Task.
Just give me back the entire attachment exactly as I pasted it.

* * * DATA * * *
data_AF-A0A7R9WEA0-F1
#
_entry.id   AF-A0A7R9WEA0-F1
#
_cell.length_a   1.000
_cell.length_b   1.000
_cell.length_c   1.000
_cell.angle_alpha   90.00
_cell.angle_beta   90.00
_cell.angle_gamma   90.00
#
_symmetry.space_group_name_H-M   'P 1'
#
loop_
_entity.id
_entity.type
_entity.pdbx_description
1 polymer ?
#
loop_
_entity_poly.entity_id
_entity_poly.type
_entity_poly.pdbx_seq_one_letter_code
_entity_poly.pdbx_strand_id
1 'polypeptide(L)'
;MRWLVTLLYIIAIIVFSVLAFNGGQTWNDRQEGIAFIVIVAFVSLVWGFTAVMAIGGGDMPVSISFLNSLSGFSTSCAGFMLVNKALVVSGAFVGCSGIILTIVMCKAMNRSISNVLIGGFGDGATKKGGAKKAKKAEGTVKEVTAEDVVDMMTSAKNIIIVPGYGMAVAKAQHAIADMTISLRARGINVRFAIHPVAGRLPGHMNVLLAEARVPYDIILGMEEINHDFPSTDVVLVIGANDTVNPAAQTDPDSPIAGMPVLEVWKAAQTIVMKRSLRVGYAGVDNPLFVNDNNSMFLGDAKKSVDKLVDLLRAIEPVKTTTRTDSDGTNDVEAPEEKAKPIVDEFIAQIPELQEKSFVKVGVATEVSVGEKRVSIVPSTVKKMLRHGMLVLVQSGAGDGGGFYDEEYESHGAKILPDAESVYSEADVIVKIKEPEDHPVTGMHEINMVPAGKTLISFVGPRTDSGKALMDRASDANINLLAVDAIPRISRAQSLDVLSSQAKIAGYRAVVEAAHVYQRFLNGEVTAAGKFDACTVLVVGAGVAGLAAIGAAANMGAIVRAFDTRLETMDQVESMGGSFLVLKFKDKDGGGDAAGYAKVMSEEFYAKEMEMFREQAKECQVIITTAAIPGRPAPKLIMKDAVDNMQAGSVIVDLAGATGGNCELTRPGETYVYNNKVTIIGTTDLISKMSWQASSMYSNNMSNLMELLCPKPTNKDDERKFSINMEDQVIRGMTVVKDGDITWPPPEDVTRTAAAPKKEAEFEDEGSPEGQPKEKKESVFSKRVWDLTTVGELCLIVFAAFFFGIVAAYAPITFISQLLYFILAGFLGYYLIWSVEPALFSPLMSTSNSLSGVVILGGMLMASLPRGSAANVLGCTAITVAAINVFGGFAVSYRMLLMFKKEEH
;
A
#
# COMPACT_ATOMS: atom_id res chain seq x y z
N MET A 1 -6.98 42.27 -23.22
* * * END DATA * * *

data_AF-A0A7R9WEA0-F1
#
_entry.id   AF-A0A7R9WEA0-F1
#
_cell.length_a   1.000
_cell.length_b   1.000
_cell.length_c   1.000
_cell.angle_alpha   90.00
_cell.angle_beta   90.00
_cell.angle_gamma   90.00
#
_symmetry.space_group_name_H-M   'P 1'
#
loop_
_entity.id
_entity.type
_entity.pdbx_description
1 polymer ?
#
loop_
_entity_poly.entity_id
_entity_poly.type
_entity_poly.pdbx_seq_one_letter_code
_entity_poly.pdbx_strand_id
1 'polypeptide(L)'
;MRWLVTLLYIIAIIVFSVLAFNGGQTWNDRQEGIAFIVIVAFVSLVWGFTAVMAIGGGDMPVSISFLNSLSGFSTSCAGFMLVNKALVVSGAFVGCSGIILTIVMCKAMNRSISNVLIGGFGDGATKKGGAKKAKKAEGTVKEVTAEDVVDMMTSAKNIIIVPGYGMAVAKAQHAIADMTISLRARGINVRFAIHPVAGRLPGHMNVLLAEARVPYDIILGMEEINHDFPSTDVVLVIGANDTVNPAAQTDPDSPIAGMPVLEVWKAAQTIVMKRSLRVGYAGVDNPLFVNDNNSMFLGDAKKSVDKLVDLLRAIEPVKTTTRTDSDGTNDVEAPEEKAKPIVDEFIAQIPELQEKSFVKVGVATEVSVGEKRVSIVPSTVKKMLRHGMLVLVQSGAGDGGGFYDEEYESHGAKILPDAESVYSEADVIVKIKEPEDHPVTGMHEINMVPAGKTLISFVGPRTDSGKALMDRASDANINLLAVDAIPRISRAQSLDVLSSQAKIAGYRAVVEAAHVYQRFLNGEVTAAGKFDACTVLVVGAGVAGLAAIGAAANMGAIVRAFDTRLETMDQVESMGGSFLVLKFKDKDGGGDAAGYAKVMSEEFYAKEMEMFREQAKECQVIITTAAIPGRPAPKLIMKDAVDNMQAGSVIVDLAGATGGNCELTRPGETYVYNNKVTIIGTTDLISKMSWQASSMYSNNMSNLMELLCPKPTNKDDERKFSINMEDQVIRGMTVVKDGDITWPPPEDVTRTAAAPKKEAEFEDEGSPEGQPKEKKESVFSKRVWDLTTVGELCLIVFAAFFFGIVAAYAPITFISQLLYFILAGFLGYYLIWSVEPALFSPLMSTSNSLSGVVILGGMLMASLPRGSAANVLGCTAITVAAINVFGGFAVSYRMLLMFKKEEH
;
A
#
# COMPACT_ATOMS: atom_id res chain seq x y z
N MET A 1 -6.98 42.27 -23.22